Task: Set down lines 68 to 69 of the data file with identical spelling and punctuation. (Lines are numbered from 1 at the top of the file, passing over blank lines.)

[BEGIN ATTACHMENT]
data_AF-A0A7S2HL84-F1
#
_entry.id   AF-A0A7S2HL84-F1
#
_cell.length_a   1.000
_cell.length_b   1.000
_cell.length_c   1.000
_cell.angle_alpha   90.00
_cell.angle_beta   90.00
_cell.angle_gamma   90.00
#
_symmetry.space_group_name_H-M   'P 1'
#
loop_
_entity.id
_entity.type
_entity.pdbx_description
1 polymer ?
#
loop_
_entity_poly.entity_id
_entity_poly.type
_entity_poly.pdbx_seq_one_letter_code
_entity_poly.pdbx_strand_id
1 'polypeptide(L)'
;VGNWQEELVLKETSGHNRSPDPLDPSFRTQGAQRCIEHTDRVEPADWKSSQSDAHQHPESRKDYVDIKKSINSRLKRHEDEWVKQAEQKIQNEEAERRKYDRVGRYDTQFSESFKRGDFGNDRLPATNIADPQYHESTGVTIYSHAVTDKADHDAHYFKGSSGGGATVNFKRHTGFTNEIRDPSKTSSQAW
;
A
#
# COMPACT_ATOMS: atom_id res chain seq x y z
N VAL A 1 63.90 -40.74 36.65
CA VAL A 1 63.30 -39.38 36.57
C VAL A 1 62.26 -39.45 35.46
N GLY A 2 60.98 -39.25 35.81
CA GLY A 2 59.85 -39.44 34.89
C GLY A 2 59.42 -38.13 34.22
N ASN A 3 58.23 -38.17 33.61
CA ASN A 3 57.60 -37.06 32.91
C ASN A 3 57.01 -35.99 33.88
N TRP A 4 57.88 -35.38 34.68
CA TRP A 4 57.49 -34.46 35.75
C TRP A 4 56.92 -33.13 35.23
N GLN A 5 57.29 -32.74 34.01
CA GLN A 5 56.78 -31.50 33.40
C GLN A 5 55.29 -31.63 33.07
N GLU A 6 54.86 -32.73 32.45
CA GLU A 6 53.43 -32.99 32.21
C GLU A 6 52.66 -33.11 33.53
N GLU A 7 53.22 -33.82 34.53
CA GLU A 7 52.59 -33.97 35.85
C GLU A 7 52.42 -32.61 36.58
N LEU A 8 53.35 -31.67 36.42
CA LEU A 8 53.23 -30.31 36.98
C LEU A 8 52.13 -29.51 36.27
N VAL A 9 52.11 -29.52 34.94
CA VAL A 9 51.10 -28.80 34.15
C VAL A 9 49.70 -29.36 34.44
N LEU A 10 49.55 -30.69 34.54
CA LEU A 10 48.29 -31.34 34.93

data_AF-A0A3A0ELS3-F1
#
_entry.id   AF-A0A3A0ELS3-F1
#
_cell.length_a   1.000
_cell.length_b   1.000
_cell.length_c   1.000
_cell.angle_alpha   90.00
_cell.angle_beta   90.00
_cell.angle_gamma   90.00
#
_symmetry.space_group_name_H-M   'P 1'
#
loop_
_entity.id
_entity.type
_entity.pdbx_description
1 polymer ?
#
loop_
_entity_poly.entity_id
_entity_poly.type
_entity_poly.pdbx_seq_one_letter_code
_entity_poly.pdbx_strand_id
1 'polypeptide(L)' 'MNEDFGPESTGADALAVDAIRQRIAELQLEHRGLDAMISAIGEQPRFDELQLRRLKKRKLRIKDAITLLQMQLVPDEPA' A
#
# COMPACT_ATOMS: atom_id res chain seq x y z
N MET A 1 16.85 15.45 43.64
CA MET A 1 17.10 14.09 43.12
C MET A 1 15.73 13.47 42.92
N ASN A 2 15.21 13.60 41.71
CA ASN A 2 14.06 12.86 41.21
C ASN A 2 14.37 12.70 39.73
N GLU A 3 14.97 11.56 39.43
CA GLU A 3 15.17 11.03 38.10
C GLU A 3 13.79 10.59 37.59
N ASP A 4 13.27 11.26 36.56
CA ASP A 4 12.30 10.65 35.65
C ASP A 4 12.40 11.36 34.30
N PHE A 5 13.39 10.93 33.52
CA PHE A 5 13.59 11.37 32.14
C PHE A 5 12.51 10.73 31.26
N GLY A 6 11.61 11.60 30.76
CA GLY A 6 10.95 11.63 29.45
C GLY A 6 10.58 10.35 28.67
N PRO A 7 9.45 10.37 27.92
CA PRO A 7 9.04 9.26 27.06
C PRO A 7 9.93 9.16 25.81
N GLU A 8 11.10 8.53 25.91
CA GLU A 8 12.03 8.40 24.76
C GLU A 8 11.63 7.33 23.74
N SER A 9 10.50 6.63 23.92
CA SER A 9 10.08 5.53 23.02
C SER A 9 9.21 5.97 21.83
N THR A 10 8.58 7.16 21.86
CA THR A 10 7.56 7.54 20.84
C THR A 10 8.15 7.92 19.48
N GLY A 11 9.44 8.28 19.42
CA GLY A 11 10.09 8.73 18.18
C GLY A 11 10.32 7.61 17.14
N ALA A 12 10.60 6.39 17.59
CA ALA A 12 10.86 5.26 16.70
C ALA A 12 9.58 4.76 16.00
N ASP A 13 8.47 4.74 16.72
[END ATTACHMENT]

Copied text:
_cell.angle_beta   90.00
_cell.angle_gamma   90.00